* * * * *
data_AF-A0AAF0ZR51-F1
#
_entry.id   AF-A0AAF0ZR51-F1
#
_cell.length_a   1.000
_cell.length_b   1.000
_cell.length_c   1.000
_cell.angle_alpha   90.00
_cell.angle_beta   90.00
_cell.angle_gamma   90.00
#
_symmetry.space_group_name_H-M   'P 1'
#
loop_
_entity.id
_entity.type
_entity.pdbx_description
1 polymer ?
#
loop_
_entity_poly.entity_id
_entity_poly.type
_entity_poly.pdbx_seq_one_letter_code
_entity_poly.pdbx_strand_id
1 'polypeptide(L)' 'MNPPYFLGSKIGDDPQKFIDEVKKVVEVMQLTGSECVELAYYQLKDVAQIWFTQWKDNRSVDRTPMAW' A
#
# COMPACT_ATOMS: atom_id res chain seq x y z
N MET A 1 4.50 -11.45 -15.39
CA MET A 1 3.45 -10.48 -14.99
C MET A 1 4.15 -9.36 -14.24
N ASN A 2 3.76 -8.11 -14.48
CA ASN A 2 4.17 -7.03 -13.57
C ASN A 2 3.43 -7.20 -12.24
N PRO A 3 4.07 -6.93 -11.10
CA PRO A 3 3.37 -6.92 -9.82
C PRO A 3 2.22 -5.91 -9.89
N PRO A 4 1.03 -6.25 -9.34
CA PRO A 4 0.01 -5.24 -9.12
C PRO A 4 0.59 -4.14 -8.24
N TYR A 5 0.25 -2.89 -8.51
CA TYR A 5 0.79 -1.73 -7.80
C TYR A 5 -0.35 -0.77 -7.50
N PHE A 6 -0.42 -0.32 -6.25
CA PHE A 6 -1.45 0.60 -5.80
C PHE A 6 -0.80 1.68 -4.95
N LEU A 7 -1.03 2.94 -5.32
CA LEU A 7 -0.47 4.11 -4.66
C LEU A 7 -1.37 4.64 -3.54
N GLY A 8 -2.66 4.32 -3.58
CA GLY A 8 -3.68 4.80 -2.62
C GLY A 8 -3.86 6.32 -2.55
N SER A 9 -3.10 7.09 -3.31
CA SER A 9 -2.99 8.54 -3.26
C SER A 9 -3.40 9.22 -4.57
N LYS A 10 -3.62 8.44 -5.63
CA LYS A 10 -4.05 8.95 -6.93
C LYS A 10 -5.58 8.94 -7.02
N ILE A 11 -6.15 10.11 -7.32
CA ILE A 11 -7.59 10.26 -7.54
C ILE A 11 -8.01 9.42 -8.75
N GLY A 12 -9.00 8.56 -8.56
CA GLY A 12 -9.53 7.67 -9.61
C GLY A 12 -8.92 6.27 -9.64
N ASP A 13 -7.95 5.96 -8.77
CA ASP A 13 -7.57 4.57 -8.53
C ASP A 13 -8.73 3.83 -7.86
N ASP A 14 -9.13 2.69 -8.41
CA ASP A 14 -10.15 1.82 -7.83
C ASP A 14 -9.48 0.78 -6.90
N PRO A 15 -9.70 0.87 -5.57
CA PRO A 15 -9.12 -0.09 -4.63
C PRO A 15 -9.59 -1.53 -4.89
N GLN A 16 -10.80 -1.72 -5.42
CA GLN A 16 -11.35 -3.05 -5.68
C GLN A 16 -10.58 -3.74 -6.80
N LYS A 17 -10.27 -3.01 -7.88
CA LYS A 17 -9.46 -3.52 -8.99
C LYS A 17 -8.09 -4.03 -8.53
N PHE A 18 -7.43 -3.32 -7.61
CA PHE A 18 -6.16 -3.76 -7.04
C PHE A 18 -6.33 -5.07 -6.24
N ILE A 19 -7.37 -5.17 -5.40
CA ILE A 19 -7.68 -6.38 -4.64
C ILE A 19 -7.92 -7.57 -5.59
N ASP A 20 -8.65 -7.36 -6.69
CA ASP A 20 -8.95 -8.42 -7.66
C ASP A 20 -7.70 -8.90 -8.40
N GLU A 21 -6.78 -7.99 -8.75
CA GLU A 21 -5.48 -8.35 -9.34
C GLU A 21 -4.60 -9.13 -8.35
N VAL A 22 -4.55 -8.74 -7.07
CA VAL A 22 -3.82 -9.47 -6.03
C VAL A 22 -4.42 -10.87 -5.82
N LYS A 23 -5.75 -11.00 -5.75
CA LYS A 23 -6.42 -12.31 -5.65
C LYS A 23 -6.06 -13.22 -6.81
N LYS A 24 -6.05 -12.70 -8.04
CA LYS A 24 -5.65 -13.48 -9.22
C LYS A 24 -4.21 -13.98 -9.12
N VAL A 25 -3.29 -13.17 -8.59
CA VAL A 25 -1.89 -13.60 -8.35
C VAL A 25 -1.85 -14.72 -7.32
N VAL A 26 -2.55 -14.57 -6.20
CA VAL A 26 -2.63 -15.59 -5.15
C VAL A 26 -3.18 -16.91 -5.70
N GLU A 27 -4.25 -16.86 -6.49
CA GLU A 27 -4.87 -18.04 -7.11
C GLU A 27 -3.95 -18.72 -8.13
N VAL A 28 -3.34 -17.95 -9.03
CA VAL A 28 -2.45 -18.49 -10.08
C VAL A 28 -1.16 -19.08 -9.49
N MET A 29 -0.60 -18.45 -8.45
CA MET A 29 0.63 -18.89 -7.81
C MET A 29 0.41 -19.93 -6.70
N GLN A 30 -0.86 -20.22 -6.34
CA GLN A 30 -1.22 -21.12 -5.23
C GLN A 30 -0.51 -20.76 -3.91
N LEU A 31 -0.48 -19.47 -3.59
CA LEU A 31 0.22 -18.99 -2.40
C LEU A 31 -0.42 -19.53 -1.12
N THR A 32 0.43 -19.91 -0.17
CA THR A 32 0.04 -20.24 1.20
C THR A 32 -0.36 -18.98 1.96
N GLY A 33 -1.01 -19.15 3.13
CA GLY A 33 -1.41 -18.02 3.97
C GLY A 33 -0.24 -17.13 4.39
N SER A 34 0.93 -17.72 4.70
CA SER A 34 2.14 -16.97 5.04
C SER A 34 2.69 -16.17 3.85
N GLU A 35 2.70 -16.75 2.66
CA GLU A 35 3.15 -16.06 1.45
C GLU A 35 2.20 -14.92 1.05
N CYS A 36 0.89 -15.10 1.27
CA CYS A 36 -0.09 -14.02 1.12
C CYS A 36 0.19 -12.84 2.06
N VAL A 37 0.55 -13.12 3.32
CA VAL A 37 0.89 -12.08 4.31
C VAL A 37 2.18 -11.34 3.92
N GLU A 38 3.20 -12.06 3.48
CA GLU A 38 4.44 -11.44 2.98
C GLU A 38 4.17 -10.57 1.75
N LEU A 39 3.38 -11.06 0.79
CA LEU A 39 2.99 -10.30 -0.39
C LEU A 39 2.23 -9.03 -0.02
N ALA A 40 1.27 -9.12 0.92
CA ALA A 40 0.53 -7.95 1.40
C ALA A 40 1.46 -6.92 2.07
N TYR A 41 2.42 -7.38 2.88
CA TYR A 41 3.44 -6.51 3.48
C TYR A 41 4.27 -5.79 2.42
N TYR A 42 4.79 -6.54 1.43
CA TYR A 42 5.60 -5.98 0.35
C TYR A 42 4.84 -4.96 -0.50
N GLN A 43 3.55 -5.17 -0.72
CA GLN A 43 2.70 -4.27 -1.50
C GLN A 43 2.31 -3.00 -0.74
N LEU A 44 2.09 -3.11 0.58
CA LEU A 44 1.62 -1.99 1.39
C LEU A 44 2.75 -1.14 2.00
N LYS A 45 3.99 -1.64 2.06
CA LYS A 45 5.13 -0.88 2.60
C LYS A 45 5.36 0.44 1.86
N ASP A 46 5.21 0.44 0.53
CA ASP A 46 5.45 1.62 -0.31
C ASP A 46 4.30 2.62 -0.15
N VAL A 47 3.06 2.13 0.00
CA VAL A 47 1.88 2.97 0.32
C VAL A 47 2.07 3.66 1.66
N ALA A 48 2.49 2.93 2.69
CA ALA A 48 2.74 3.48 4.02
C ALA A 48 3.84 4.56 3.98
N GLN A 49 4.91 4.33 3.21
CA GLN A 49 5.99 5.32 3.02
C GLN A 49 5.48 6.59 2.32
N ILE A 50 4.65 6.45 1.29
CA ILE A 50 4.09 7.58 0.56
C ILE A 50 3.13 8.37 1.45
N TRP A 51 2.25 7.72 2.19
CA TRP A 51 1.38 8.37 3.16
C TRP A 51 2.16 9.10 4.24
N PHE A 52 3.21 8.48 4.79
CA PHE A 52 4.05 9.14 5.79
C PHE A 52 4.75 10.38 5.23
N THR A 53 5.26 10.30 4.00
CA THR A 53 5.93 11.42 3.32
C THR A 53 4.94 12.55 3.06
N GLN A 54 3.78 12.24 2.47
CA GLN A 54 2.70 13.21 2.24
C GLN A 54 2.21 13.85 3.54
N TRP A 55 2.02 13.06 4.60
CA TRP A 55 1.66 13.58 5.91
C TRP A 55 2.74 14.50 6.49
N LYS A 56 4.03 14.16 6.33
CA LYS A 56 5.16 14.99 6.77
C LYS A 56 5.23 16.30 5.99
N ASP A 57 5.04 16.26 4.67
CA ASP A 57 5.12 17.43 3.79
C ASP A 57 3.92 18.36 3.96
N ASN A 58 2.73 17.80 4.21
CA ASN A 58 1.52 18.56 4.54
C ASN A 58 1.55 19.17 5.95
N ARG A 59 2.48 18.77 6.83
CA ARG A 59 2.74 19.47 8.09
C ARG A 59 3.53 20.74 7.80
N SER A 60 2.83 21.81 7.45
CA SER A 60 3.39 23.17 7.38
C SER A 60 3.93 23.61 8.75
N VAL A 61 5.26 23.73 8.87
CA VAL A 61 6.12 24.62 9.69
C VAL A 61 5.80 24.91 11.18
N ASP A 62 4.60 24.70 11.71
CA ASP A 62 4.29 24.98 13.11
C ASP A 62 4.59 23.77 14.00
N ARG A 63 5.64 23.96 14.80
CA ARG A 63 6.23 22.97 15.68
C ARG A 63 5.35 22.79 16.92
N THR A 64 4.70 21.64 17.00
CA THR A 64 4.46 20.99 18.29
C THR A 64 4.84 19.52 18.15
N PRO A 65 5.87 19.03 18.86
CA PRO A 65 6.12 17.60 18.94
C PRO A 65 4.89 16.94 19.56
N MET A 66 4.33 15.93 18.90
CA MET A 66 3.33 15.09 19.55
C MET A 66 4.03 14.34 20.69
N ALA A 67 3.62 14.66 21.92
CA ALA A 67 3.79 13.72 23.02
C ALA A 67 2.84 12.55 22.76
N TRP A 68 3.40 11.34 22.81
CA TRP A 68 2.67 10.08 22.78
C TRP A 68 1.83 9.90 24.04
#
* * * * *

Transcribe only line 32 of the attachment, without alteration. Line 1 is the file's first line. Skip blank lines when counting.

CA ASN A 2 4.17 -7.03 -13.57